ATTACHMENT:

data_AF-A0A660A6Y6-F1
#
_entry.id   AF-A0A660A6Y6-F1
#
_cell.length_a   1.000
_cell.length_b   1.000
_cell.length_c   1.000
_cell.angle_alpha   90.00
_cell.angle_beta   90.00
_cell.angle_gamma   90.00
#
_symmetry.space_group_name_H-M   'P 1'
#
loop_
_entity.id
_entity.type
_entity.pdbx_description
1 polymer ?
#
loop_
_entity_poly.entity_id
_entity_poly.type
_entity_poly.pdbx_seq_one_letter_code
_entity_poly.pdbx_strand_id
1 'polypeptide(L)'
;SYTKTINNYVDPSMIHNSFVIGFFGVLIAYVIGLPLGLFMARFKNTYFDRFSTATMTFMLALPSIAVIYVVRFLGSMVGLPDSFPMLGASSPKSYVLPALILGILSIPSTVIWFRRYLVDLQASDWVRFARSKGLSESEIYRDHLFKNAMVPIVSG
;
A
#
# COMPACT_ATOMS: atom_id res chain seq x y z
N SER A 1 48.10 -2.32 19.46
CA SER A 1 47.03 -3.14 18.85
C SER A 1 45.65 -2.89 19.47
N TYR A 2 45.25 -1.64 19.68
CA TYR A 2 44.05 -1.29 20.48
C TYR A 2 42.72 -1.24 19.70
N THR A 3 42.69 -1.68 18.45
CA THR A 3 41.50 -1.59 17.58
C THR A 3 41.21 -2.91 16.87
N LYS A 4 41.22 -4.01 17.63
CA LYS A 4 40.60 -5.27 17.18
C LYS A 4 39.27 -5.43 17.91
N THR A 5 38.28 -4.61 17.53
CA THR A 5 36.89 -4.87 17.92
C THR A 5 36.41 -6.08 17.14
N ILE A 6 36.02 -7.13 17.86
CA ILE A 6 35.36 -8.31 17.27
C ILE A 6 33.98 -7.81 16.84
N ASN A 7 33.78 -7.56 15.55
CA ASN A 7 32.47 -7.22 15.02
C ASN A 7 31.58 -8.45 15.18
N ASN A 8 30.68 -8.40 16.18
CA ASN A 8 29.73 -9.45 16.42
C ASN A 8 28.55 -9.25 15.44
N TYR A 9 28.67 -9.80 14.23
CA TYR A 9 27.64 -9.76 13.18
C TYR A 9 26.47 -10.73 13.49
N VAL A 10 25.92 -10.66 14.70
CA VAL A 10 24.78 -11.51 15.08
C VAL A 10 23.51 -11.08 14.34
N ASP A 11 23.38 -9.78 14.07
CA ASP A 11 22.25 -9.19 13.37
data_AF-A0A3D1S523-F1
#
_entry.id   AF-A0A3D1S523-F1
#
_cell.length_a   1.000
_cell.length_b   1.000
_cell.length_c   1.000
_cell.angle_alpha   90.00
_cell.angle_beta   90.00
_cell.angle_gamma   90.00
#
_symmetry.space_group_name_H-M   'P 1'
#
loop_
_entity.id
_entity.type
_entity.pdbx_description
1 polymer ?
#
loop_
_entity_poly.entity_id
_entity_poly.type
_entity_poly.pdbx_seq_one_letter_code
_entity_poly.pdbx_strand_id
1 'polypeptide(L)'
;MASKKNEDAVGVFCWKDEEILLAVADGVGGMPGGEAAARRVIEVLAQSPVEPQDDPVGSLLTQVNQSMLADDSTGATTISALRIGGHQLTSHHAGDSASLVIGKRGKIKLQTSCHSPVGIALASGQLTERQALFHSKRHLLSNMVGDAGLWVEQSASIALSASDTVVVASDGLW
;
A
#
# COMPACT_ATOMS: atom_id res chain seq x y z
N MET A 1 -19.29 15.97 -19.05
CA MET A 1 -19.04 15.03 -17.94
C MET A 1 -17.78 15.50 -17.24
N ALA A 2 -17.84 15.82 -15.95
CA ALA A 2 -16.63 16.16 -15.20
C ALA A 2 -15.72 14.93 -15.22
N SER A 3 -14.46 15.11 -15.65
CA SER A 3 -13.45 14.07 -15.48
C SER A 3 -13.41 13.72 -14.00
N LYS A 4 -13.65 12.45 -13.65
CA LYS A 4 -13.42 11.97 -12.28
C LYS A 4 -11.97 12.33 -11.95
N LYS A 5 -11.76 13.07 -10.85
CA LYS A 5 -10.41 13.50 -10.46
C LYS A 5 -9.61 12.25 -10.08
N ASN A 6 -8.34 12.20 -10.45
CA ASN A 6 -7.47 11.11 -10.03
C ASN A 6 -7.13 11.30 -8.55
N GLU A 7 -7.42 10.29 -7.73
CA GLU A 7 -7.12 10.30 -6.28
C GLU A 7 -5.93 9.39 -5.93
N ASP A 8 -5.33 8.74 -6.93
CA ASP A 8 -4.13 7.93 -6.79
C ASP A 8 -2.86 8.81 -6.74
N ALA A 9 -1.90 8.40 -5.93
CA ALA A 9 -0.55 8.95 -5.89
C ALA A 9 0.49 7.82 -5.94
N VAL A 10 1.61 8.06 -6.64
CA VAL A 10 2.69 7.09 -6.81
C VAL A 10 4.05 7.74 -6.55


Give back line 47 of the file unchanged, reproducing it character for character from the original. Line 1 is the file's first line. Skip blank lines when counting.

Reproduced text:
CA ILE A 6 35.36 -8.31 17.27